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UK prioritising social life over oral health

When it comes to people’s priorities, oral health is never going to be top of the list. Most people have concerns they consider more important, such as money or their health in general. However, a new survey from the British Dental Health Foundation (BDHF) has found that many Britons don’t rank the condition of their teeth very high at all.

The BDHF surveyed over 2,000 people as part of National Smile Month. The organisation found that a total of 18 per cent of respondents would forgo dental care in order to have a more active social life.

These people said they would cancel a dental appointment for a trip to the pub, to go shopping for clothes, to visit the cinema or bowling alley or even just to order a takeaway. While 18 per cent of the UK may not seem like a large chunk of the population, it equates to roughly 11 million people.

“Visiting the dentist regularly, as often as they recommend, is a cornerstone of good oral health practice,” said Dr Nigel Carter, chief executive of the BDHF. “If people are choosing to overlook that and perhaps harm their oral health further by snacking at the cinema, drinking too much alcohol or indulging in a poor diet, they are risking further complications by just skipping one appointment.”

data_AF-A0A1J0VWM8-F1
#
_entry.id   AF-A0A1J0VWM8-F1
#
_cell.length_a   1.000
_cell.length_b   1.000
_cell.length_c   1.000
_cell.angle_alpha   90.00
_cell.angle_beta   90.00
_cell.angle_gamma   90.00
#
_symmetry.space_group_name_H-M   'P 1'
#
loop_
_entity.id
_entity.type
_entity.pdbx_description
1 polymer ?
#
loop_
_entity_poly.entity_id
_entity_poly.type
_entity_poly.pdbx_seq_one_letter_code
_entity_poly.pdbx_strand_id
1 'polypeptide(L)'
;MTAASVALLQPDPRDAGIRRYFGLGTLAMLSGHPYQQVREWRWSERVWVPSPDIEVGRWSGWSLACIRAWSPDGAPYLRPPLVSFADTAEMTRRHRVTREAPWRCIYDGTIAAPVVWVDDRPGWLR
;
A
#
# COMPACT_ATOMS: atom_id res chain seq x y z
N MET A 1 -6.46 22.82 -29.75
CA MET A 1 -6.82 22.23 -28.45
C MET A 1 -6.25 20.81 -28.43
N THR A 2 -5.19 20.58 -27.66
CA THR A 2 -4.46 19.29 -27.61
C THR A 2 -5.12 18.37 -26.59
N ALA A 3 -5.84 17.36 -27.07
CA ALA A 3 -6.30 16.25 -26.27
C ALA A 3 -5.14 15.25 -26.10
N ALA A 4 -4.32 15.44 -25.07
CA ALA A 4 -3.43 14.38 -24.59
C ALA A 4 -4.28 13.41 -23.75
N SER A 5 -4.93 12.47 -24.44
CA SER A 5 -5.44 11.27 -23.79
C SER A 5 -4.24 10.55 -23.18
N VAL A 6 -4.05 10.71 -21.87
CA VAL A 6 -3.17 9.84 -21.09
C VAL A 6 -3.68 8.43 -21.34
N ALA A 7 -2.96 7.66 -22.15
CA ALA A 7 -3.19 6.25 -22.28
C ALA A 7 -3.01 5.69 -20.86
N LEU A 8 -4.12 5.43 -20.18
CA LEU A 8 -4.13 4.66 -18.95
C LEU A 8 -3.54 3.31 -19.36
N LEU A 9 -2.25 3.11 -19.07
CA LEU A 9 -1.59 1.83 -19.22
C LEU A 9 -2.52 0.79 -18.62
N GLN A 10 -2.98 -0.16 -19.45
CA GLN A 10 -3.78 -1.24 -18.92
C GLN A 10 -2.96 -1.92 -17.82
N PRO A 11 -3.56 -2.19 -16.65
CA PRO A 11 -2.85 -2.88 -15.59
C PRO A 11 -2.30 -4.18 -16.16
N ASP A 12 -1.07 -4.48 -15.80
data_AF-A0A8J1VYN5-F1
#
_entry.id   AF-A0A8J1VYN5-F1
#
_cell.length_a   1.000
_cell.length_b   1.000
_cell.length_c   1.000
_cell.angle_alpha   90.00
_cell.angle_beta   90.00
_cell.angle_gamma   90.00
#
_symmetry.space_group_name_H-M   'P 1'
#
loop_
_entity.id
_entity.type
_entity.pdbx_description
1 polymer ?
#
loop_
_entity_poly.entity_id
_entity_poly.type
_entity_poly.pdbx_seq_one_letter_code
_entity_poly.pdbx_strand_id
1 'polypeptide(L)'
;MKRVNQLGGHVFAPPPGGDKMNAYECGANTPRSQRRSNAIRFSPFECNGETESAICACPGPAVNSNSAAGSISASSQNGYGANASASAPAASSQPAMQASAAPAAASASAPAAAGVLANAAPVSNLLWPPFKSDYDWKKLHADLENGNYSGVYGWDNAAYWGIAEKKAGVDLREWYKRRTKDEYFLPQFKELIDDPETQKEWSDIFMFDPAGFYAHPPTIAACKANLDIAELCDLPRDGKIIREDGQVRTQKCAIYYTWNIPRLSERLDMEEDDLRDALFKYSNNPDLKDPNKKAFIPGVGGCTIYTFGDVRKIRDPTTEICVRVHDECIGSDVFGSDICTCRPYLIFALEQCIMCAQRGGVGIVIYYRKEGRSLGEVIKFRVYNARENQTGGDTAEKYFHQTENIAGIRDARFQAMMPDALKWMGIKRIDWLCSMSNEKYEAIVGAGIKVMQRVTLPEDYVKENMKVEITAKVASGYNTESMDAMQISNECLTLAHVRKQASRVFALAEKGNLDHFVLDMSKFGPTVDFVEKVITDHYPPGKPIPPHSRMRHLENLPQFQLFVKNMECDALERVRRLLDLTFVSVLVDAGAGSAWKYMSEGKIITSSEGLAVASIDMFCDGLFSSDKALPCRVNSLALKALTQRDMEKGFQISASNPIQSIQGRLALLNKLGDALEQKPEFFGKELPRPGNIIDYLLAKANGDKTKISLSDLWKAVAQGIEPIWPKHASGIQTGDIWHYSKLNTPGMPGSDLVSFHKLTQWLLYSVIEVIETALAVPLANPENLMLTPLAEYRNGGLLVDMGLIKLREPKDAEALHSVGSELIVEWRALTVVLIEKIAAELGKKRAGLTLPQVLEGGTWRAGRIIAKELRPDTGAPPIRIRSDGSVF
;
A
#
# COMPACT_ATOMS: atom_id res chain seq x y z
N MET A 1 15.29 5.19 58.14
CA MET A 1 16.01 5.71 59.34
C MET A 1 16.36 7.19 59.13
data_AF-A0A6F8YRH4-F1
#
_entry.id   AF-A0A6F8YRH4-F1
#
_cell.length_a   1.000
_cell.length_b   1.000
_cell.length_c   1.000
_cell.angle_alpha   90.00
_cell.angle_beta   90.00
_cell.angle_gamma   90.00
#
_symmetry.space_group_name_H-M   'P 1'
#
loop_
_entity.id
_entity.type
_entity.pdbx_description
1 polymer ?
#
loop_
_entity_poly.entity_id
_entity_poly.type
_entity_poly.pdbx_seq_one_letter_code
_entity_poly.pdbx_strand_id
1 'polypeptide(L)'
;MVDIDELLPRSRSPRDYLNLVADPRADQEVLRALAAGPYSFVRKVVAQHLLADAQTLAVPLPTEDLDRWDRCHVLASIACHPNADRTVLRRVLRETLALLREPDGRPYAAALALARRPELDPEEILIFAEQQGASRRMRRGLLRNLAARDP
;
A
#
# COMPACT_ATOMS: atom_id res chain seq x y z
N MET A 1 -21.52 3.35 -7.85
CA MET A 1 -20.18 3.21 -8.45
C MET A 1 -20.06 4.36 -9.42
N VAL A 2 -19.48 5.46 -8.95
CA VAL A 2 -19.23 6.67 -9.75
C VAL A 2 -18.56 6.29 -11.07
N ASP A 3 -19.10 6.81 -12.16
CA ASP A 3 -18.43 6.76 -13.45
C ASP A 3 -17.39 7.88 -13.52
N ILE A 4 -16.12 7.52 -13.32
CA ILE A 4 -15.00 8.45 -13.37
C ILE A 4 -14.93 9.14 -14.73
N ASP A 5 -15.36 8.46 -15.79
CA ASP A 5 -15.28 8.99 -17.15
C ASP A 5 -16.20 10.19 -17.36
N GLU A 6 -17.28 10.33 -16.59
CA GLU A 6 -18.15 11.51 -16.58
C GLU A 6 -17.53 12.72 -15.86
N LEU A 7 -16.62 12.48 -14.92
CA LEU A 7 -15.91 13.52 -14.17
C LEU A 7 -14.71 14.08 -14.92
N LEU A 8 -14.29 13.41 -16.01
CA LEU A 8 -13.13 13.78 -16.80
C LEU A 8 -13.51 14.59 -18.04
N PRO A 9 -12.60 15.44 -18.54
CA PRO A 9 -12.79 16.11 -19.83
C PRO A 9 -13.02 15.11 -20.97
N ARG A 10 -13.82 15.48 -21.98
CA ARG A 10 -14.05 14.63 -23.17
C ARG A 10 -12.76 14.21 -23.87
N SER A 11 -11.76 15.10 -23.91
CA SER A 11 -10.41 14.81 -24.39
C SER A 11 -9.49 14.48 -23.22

Keeping a dental appointment is not just good for oral health, but for people’s finances as well. It costs a lot less to have regular check-ups than it does to fix a major oral health issue exacerbated by not visiting the dentist often enough.

However, there are more serious implications of poor dental hygiene. Several life-threatening diseases – including oral, bowel, pancreatic and breast cancer, strokes, and diabetes – have all been linked with poor oral health.

Skipping a dental appointment might mean you have more fun in the short term, but it can severely cost you over time. Dr Carter said: “The good news is that poor oral health is nearly always preventable, so it is important that people make caring for their teeth a top priority.”

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